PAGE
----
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The Works of Henry Fielding: With an Essay on His Life and Genius, Volume 8
Visualização integral - 1871
The Works of Henry Fielding, Esq: With an Essay on His Life and Genius, Volume 5
Visualização integral - 1871
The Works of Henry Fielding: With an Essay on His Life and Genius, Volume 7
Visualização integral - 1903
acquainted affection Amelia answered appear assure Atkinson bailiff began begged behaviour believe Bennet called captain carried CHAPTER character colonel consequence consider conversation cries Amelia cries Booth cries the doctor dear desire doth expressed eyes father fellow fortune gave gentleman give given hand happiness hath heard heart Heaven honour hope husband immediately James justice kind knew lady least leave letter lives look lord Madam manner matter mean mention mind morning nature never obliged observed occasion opinion passed passion perhaps person pleased pleasure poor present promise reader reason received seems seen serjeant short soon speak sure tell thing thought told took Trent true truth turned understanding whole wife woman worth young
Página 424 - Woe unto them that call evil good, and good evil; that put darkness for light, and light for darkness; that put bitter for sweet, and sweet for bitter!
Página 422 - But woe unto you, scribes and Pharisees, hypocrites! for ye shut up the kingdom of heaven against men : for ye neither go in yourselves, neither suffer ye them that are entering to go in. Woe unto you, scribes, Pharisees, hypocrites. For ye devour widows' houses, and for a pretence make long prayer : therefore ye shall receive the greater damnation.
Página 425 - Moses' seat: all things therefore whatsoever they bid you, these do and observe: but do not ye after their works ; for they say, and do not. Yea, they bind heavy burdens and grievous to be borne, and lay them on men's shoulders; but they themselves will not move them with their finger.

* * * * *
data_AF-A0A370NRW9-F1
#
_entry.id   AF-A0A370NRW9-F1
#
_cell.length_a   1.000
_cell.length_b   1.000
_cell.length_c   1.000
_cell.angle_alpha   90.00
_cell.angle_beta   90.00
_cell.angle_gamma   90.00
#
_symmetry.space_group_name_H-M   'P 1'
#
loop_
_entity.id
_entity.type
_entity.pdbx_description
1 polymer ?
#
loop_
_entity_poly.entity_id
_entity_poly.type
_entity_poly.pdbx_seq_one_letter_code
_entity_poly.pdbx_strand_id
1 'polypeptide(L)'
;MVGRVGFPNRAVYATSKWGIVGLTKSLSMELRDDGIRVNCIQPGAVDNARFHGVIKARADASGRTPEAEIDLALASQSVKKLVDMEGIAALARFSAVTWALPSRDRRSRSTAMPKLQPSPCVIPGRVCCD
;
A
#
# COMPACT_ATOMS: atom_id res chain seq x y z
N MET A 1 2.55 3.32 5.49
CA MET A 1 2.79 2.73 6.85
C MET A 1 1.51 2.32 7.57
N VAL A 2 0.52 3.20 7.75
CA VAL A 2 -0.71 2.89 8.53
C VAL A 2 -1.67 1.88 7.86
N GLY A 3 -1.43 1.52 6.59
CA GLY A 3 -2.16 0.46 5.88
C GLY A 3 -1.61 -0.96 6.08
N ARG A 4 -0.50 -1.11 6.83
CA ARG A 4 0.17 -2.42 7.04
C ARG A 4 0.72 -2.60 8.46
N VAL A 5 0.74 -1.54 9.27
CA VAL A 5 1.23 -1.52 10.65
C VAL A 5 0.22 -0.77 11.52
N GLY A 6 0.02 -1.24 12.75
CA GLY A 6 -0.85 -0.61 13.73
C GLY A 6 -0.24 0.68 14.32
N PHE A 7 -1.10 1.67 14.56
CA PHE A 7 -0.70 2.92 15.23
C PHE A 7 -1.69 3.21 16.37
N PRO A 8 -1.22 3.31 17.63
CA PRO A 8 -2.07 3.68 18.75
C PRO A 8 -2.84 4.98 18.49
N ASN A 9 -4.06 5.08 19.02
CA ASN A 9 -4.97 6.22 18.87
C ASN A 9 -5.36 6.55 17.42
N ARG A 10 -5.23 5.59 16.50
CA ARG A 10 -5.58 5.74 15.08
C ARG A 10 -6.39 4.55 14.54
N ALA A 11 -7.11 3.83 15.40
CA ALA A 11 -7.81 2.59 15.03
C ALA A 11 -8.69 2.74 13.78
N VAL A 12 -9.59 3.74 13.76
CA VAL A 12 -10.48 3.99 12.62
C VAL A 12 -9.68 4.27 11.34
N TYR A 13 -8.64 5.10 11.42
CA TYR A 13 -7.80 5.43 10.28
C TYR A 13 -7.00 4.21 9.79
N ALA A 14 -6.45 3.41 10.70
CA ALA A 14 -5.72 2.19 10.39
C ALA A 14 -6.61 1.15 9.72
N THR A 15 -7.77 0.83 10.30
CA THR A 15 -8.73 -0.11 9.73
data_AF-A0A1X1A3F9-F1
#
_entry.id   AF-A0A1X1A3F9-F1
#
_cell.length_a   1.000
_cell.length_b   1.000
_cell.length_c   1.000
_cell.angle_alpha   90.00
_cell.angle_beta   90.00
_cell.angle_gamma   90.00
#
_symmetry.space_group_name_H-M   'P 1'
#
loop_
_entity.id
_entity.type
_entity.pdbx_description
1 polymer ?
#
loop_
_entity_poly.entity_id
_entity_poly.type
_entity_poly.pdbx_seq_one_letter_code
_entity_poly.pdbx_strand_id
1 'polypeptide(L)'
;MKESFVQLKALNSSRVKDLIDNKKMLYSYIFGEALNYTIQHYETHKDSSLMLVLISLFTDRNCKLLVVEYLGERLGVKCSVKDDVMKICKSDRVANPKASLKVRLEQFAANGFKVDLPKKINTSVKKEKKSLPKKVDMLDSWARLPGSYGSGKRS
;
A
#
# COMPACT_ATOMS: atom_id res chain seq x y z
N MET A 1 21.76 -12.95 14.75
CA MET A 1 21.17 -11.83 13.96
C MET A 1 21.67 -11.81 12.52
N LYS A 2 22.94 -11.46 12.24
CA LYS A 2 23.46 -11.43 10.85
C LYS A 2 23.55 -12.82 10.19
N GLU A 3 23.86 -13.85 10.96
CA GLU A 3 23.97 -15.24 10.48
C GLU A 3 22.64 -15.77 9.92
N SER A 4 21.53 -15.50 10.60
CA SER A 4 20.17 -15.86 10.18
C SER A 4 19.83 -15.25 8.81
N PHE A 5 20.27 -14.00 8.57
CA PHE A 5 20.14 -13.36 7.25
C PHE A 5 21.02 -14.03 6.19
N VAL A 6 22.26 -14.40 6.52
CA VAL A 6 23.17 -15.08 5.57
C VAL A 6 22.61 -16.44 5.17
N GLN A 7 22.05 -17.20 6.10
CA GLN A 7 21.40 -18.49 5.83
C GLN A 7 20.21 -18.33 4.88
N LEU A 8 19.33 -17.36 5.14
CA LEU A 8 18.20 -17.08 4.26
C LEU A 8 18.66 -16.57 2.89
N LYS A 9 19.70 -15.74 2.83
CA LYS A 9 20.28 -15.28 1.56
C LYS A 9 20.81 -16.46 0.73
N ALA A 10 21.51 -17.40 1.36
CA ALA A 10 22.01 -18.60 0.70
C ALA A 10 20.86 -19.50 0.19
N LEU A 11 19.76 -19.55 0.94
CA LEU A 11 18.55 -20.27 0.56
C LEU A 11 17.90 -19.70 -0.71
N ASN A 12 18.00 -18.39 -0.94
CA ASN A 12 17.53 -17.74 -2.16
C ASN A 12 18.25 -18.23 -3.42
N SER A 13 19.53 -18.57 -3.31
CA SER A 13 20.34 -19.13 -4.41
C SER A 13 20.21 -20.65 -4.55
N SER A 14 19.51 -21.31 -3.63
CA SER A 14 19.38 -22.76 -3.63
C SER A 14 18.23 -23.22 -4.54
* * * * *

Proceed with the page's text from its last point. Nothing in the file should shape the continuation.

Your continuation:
Página 410 - Good-nature is that benevolent and amiable temper of mind, which disposes us to feel the misfortunes, and enjoy the happiness of others; and, consequently, pushes us on to promote the latter, and prevent the former; and that without any abstract contemplation on the beauty of virtue, and without the allurements or terrors-.., of religion.
Página 344 - Booth was in such confusion that he scarce made any answer, and now appeared the justice and his clerk, and immediately afterward the constable with his prisoner, the bailiff, and as many more as could possibly crowd upstairs.
Página 260 - Do you not know, doctor, that this is as corrupt ' a nation as ever existed under the sun ? And would ' you think of governing such a people by the strict ' principles of honesty and morality...
Página 406 - ... and lastly, in persons, who, from the same education, &c., might be thought to have directed nature the same way ; yet, among all these, there subsists, as I have before hinted, so manifest and extreme a difference of inclination or character, that almost obliges us, I think, to acknowledge some unacquired, original distinction, in the nature or soul of one man, from that of another.
Página 368 - I mean the art of pleasing, or contributing as much as possible to the ease and happiness of those with whom you converse.
Página 213 - Awed by no shame, by no respect controll'd, In scandal busy, in reproaches bold: With witty malice studious to defame, Scorn all his joy, and laughter all his aim:— But chief he gloried with licentious style To lash the great, and monarchs to revile.